The BMC has decided to follow stricter discharge norms while setting up its sewage treatment plants (STP). Earlier, the civic body followed norms set by the Union Ministry of Environment, Forest and Climate Change (MoEF), as per which, BOD (Bio Chemical Oxygen Demand) of 20mg/l was allowed for effluent discharge. It now plans to change it to 10mg/l.
After a petition was filed by Pune-based activist in National Green Tribunal (NGT) against the norms set by the ministry, tendering of the BMC’s ambitious plan of setting up upgraded STPs at seven location was stayed.
Municipal Commissioner Praveen Pardeshi said, “We can go ahead with norms directed by the court. We are going make all our STPs with discharge norms of 10 mg/l BOD. Our aim is to get blue coloured sea water in the next three years. Currently, over 2,500 million litre of untreated sewage is dumped in the sea daily.”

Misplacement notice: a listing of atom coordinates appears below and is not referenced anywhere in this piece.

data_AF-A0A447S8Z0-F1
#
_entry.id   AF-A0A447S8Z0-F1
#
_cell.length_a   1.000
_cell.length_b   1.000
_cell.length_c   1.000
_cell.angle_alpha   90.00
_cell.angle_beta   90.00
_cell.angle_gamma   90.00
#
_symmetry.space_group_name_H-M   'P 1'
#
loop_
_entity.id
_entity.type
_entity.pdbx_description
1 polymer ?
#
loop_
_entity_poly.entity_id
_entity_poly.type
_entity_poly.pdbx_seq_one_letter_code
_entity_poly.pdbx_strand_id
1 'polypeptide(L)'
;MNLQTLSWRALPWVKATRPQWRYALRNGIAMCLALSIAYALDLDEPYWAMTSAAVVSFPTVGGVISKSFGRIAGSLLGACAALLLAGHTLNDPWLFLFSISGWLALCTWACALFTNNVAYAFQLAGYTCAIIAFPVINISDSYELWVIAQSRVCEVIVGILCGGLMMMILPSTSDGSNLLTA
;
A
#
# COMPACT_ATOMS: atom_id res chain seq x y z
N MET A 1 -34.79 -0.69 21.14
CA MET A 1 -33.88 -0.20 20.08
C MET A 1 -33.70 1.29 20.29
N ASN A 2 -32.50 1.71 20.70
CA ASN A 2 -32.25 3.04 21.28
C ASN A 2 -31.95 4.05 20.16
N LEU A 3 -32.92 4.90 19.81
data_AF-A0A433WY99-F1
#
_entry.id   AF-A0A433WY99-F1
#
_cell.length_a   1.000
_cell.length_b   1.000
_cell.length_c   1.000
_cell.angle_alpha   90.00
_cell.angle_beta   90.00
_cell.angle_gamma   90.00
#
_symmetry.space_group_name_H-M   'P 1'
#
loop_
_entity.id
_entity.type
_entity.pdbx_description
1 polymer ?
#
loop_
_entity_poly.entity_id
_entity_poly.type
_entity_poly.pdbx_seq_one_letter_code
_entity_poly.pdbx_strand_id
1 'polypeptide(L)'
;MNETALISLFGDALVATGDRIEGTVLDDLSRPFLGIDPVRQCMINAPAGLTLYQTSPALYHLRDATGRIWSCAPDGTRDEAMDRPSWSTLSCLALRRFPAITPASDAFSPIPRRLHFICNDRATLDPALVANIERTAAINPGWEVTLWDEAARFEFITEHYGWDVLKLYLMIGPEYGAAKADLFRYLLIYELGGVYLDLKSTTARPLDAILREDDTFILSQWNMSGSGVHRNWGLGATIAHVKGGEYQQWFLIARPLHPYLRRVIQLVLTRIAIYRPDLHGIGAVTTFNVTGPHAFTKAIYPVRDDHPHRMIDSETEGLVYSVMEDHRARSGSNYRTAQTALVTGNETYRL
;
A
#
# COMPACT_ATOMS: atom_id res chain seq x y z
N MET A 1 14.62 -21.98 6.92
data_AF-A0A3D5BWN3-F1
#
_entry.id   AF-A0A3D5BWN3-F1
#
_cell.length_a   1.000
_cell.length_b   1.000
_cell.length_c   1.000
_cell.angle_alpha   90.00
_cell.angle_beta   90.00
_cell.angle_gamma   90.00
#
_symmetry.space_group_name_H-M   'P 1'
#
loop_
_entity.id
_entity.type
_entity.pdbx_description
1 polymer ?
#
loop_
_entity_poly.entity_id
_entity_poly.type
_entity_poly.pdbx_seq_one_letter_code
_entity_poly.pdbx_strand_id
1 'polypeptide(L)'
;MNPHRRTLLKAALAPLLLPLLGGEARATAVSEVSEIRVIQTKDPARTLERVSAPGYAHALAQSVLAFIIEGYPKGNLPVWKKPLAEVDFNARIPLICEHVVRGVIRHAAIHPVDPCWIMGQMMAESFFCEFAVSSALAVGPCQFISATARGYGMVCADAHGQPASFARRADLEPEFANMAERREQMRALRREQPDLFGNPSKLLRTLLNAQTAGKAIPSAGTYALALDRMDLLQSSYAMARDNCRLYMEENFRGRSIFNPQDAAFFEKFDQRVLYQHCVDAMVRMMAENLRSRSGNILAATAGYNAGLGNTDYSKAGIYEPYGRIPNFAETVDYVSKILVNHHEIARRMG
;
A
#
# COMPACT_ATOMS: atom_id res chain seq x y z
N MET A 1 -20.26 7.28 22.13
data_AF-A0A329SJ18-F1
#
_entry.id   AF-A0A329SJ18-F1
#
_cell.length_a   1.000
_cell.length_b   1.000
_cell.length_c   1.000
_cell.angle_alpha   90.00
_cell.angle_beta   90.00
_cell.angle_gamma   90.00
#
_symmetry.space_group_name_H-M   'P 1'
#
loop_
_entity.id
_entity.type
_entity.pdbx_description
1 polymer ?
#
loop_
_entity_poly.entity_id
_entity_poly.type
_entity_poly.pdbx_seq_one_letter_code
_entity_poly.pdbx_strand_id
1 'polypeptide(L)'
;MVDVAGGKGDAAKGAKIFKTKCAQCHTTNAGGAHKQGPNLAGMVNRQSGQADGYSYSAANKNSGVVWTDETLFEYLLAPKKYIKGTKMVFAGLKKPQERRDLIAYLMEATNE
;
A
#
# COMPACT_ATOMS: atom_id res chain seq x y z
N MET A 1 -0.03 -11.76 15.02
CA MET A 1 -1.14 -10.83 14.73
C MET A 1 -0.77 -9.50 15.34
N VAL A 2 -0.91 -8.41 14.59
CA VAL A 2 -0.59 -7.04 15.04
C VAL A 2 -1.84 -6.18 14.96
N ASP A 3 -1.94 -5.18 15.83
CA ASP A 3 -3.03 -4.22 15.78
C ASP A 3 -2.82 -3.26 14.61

An official said that BMC has appointed consultants to construct the STPs. “Now, we will ask them to revise the tenders according to the 10mg/l BOD norms. This means that treated sewage can be reused for non-potable purpose,” the official added.
Under Mumbai Sewage Disposal Project-II, the BMC has proposed to upgrade seven sewerage zones to cater to the sewage discharge of the city for the next 25 years at a cost of Rs 15,000 crore. Delay in construction of STPs could be detrimental for Mumbai’s coastal water and marine environment, as the quality of sea water near the city is already deteriorating due to primary treatment of sewage